They Can Also Imitate Our Speech!
Ravens are known for learning to talk better than few parrots, when in captivity. They can also mimic other noises, such as toilets flushing, animal sounds, birdcalls, and car engines. They can also imitate foxes and wolves for attracting them to carcasses which they cannot break open themselves. Once the wolf or fox finishes eating, ravens feed on the leftovers.
Ravens are Considered Evil in Some Cultures
Many European cultures used to consider this massive blackbird as evil in disguise. The people in France saw ravens as the spirits of wicked priests, and crows as nasty nuns. The Germans regarded the ravens as incarnations of damned souls, and at times, of Satan himself. People in Sweden considered ravens croaking at night to be the spirits of murdered humans who didn’t receive a proper Christian burial. In Denmark, ravens were seen as exorcized spirits. Also, they always avoided looking up at them because they believed if a raven has a hole in its wing and you look through the hole, you would become a raven yourself!
You can also find them in Myths
Cultures from Greece as well as Tibet have considered ravens to be the messenger for Gods. During battles, Celtic goddesses of warfare often transformed themselves into ravens. Odin, the Viking God, owned two ravens. Munin (memory) and Hugin (thought). They flew across the globe every day for reporting back to Odin during the night to inform him what they saw. As per the Chinese. ravens used to cause bad weather within the forests by warning people about gods passing by in the near future. Ravens were also worshipped by few Native American tribes. Simply referred to as ravens, these birds were described as sly tricksters involved in the process of creating the world.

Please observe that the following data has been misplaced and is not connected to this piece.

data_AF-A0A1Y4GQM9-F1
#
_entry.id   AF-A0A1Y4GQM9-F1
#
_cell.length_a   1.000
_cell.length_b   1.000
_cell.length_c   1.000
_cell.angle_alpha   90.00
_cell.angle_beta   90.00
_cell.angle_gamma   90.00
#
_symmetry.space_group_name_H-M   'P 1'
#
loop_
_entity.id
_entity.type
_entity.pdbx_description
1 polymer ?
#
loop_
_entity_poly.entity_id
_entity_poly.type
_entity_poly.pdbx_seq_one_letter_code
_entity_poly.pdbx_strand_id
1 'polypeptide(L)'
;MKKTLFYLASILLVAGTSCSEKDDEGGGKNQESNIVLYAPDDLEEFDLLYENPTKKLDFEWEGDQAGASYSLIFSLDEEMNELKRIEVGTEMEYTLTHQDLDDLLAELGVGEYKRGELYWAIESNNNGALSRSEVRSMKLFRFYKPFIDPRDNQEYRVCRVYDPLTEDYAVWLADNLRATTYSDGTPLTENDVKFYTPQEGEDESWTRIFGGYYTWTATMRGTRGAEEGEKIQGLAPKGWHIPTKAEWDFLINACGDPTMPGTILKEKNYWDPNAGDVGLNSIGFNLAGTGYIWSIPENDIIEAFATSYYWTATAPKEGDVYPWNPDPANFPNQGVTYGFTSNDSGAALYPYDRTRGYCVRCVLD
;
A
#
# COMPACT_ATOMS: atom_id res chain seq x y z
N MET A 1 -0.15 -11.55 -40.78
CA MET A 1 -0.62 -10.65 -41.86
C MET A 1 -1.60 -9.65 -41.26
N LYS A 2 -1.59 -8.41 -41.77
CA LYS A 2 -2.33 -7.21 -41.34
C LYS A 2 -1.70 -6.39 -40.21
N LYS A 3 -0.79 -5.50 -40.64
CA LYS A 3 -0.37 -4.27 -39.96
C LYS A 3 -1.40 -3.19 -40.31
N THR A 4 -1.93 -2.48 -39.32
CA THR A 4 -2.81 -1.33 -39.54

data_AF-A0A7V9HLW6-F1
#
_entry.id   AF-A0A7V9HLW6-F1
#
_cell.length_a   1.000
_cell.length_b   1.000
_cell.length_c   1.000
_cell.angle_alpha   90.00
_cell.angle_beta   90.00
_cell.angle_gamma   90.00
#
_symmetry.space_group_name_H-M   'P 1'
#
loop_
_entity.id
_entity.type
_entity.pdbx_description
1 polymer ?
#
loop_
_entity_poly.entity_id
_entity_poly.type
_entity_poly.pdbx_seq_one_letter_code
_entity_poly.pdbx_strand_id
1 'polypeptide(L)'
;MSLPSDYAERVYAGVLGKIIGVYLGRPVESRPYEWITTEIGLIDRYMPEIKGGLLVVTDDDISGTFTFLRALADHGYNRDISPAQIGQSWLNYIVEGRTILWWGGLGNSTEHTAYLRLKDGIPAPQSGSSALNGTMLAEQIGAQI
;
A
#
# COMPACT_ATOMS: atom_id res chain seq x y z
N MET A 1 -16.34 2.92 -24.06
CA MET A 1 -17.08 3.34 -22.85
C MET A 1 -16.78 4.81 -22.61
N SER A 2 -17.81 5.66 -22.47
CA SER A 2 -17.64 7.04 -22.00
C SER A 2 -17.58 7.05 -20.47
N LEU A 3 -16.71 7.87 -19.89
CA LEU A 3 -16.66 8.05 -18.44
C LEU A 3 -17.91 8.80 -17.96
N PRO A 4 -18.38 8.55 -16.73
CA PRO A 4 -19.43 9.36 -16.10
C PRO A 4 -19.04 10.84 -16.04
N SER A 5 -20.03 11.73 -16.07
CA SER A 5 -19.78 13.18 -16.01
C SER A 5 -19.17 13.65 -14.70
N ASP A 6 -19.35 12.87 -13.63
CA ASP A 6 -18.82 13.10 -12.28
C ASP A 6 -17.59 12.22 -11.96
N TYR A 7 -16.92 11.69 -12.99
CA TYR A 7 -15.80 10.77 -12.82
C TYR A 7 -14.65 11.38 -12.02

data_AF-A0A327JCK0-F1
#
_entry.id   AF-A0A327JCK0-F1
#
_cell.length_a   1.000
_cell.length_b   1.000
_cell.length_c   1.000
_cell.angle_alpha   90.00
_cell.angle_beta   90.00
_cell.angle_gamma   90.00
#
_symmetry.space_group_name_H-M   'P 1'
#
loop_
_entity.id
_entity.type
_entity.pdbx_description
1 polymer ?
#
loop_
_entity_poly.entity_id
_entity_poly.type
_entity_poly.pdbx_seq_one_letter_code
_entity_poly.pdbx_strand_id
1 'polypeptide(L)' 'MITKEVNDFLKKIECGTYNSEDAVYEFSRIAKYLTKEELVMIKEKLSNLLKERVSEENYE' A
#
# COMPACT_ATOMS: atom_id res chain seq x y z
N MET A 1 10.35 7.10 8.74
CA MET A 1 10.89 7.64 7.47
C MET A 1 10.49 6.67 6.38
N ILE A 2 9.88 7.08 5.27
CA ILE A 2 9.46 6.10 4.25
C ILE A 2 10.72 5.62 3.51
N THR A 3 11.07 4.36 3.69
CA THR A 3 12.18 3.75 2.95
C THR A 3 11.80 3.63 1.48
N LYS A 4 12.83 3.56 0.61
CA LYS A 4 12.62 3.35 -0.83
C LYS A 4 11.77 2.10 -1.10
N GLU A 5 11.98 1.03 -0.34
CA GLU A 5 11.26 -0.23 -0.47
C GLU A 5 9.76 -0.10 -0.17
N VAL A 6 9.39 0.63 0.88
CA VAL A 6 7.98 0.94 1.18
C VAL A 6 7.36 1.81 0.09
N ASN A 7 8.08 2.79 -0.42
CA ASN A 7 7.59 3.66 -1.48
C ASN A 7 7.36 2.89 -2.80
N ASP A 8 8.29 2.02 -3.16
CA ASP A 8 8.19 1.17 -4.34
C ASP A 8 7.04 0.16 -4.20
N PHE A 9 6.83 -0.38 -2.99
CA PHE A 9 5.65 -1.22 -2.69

These Birds Love to Play
The Native Americans were not entirely wrong about raven’s naughty nature. Ravens have been spotted in Canada and Alaska using roofs covered with snow as slides. They have been also seen rolling from snowy hills in Maine. Very often, they play ‘keep-away’ with dogs, otters, wolves, and other animals. Surprisingly, they possess a very rare animal trait of making toys! They use rocks, golf balls, pinecones, and even sticks for playing by themselves or with each other. At times, they even mock or taunt other animals because it’s funny.
They Do Unusual Things with Ants